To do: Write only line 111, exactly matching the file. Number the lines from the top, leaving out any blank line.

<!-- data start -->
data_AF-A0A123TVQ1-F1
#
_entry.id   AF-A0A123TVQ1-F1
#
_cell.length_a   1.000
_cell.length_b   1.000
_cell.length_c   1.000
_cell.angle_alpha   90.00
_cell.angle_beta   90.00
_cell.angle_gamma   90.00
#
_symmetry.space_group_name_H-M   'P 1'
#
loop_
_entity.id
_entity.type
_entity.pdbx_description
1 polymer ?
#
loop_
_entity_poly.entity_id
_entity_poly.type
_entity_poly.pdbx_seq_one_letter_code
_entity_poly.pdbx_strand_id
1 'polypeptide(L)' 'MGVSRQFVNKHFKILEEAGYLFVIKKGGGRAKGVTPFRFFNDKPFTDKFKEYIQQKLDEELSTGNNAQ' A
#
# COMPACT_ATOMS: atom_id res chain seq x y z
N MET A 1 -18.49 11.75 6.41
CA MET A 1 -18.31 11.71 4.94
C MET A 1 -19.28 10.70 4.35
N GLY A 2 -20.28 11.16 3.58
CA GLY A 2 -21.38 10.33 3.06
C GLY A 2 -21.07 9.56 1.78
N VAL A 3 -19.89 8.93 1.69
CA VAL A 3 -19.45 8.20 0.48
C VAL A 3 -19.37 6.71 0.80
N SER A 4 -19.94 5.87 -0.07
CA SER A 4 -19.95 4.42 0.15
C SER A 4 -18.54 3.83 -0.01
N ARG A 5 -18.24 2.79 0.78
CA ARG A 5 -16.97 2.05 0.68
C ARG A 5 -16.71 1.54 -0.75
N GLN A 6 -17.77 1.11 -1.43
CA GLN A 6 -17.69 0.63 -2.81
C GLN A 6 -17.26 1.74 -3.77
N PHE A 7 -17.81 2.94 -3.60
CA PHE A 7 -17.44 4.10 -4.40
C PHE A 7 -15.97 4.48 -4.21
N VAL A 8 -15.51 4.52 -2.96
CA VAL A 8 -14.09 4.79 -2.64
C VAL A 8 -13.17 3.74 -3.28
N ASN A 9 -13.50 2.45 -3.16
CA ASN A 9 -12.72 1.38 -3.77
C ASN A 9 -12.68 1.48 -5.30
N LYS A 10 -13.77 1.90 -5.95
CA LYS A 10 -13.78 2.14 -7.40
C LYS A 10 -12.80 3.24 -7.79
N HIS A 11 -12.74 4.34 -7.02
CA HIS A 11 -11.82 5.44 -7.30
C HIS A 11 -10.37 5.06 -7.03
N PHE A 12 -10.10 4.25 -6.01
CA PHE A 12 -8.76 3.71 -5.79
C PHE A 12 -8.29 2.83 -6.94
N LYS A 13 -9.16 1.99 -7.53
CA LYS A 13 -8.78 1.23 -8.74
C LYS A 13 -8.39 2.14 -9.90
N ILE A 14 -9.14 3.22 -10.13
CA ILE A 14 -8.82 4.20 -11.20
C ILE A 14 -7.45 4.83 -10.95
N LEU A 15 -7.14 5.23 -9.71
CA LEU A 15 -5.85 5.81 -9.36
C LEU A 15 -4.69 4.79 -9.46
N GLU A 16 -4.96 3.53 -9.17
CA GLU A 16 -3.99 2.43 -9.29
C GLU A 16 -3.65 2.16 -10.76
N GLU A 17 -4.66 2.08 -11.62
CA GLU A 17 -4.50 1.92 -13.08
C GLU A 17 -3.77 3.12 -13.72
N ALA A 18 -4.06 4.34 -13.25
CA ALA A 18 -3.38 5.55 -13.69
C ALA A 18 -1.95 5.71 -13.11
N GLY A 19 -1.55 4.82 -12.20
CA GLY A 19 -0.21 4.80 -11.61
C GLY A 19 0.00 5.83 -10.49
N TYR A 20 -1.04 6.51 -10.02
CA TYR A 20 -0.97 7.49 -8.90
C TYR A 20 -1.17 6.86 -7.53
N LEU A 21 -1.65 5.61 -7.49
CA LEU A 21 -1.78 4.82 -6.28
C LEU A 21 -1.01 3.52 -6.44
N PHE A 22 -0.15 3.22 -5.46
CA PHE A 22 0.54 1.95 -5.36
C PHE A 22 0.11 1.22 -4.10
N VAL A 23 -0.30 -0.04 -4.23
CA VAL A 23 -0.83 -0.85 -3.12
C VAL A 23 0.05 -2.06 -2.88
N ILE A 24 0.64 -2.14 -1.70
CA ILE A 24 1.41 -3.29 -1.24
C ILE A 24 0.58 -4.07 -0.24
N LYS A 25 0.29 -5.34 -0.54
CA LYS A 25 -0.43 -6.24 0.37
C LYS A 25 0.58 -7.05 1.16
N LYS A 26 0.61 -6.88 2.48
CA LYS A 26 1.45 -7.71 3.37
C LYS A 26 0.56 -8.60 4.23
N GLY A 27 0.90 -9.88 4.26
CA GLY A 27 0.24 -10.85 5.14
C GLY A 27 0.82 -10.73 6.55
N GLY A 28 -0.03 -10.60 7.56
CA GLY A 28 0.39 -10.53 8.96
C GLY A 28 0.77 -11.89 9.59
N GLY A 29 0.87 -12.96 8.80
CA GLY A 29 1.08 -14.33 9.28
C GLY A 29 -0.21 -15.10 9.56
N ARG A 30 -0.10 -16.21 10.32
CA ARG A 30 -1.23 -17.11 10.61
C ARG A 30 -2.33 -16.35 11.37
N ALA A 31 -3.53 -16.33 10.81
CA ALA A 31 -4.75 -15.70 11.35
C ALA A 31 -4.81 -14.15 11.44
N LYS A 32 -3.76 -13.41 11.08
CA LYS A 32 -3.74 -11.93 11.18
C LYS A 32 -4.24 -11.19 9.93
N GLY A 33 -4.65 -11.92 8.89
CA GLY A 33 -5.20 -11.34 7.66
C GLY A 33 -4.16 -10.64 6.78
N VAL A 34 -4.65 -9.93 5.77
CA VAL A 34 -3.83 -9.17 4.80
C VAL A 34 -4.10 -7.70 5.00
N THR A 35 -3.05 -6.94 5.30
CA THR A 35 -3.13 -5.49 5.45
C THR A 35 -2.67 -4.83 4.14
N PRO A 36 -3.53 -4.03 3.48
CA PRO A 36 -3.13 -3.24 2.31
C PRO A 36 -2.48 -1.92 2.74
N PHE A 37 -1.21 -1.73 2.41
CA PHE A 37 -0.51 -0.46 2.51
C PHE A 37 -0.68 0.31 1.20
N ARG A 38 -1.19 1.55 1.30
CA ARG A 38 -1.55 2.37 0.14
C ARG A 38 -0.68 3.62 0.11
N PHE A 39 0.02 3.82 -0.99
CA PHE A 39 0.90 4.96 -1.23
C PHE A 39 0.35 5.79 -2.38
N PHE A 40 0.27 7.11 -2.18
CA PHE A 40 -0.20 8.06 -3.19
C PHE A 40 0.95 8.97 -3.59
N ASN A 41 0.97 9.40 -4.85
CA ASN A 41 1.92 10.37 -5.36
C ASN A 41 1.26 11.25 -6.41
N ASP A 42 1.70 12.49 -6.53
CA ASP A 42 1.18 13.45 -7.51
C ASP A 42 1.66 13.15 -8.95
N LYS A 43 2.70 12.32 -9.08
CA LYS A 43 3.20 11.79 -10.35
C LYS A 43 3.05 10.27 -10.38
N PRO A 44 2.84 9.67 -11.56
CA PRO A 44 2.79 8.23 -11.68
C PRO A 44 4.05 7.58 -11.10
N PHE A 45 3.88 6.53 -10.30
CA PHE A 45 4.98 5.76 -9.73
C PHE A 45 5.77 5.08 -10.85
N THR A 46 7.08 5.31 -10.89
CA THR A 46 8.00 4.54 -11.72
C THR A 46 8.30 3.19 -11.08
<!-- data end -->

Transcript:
C GLY A 28 0.77 -11.89 9.59